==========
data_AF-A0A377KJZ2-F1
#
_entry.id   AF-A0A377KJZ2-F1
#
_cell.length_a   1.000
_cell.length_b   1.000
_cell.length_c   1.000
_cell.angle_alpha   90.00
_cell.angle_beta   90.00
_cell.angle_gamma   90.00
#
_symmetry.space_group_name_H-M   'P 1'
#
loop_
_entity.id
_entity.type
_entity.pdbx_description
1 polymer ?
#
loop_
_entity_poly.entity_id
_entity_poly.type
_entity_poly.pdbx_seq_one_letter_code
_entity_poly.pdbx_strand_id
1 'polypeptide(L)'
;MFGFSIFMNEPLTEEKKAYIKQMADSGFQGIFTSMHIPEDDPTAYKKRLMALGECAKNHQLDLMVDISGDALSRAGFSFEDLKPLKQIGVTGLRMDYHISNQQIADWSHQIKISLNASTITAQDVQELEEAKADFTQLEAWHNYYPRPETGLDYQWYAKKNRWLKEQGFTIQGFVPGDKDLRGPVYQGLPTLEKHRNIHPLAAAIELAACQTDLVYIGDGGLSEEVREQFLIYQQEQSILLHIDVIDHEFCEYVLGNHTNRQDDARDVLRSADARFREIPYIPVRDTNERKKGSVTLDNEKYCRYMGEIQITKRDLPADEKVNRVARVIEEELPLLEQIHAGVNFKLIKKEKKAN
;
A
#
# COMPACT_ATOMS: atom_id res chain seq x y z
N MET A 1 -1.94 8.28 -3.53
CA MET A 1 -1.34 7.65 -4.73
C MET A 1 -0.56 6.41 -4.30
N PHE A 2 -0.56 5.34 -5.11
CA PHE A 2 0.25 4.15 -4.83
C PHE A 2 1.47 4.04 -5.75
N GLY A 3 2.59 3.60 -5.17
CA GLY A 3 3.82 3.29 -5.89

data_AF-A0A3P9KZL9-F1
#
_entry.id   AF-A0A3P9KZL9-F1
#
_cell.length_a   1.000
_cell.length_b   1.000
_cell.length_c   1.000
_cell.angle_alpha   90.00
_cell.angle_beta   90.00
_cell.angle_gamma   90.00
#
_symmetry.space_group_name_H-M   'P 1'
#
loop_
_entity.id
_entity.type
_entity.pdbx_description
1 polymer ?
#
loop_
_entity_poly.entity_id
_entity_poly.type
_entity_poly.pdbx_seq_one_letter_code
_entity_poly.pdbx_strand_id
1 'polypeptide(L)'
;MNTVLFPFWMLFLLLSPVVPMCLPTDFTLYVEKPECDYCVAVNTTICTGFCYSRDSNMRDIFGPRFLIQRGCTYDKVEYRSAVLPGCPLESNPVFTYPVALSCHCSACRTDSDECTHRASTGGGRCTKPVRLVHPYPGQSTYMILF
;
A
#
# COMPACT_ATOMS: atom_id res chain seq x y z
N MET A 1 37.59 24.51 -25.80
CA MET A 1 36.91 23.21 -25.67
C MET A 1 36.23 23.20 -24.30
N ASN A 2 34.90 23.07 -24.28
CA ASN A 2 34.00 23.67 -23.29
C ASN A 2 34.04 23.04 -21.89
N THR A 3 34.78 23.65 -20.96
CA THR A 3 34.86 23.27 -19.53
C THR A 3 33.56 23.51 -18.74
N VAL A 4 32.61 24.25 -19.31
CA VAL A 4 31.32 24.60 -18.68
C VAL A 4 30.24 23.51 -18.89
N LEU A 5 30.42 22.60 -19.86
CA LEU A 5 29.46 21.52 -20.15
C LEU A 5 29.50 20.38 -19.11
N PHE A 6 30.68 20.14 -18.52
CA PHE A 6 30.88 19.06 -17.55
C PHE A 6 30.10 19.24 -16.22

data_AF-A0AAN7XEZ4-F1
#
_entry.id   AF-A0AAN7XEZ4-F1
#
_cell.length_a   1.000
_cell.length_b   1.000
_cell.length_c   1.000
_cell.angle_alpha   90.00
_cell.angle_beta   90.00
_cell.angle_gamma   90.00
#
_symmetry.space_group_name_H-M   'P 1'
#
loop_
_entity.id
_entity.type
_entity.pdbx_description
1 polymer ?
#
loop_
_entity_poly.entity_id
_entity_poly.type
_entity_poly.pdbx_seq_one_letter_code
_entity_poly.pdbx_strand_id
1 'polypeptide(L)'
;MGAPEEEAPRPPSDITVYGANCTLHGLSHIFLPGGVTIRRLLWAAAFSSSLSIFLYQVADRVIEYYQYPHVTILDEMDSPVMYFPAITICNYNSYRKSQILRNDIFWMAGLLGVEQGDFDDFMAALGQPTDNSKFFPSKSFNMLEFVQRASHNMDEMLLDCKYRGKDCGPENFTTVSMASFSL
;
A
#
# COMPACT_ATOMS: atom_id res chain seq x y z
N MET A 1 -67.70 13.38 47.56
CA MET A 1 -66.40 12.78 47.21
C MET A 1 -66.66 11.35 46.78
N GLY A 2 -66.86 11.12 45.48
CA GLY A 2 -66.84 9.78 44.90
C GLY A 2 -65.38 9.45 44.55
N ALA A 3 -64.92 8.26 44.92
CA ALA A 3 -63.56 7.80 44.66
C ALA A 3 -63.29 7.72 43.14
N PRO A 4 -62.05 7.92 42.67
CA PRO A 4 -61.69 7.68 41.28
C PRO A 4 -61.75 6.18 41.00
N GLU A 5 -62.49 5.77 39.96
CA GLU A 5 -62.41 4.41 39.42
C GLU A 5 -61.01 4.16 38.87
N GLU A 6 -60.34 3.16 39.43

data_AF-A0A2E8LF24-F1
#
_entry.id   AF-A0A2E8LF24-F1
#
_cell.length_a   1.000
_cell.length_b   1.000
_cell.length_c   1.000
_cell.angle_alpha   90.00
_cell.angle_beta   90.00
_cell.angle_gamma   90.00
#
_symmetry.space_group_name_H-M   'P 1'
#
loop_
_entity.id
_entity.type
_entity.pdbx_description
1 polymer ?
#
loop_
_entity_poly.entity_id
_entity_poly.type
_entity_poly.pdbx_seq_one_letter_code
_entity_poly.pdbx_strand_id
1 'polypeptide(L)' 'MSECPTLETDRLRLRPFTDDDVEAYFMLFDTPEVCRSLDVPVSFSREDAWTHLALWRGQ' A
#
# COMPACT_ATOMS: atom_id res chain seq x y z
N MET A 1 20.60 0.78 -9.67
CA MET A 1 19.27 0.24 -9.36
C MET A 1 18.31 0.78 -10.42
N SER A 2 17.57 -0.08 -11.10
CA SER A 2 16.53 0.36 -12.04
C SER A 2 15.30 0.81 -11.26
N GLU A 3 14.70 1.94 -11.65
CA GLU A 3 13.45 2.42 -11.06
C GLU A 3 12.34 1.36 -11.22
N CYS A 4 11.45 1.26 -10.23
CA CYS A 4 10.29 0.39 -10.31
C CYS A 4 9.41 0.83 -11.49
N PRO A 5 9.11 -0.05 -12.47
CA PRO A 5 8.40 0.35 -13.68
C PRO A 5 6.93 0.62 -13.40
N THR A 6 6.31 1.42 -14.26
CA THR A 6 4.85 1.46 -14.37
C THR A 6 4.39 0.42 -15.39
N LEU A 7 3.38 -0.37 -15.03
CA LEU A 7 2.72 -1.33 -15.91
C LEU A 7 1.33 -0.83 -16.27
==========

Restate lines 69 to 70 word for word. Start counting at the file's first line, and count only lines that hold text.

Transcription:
N MET A 1 37.59 24.51 -25.80
CA MET A 1 36.91 23.21 -25.67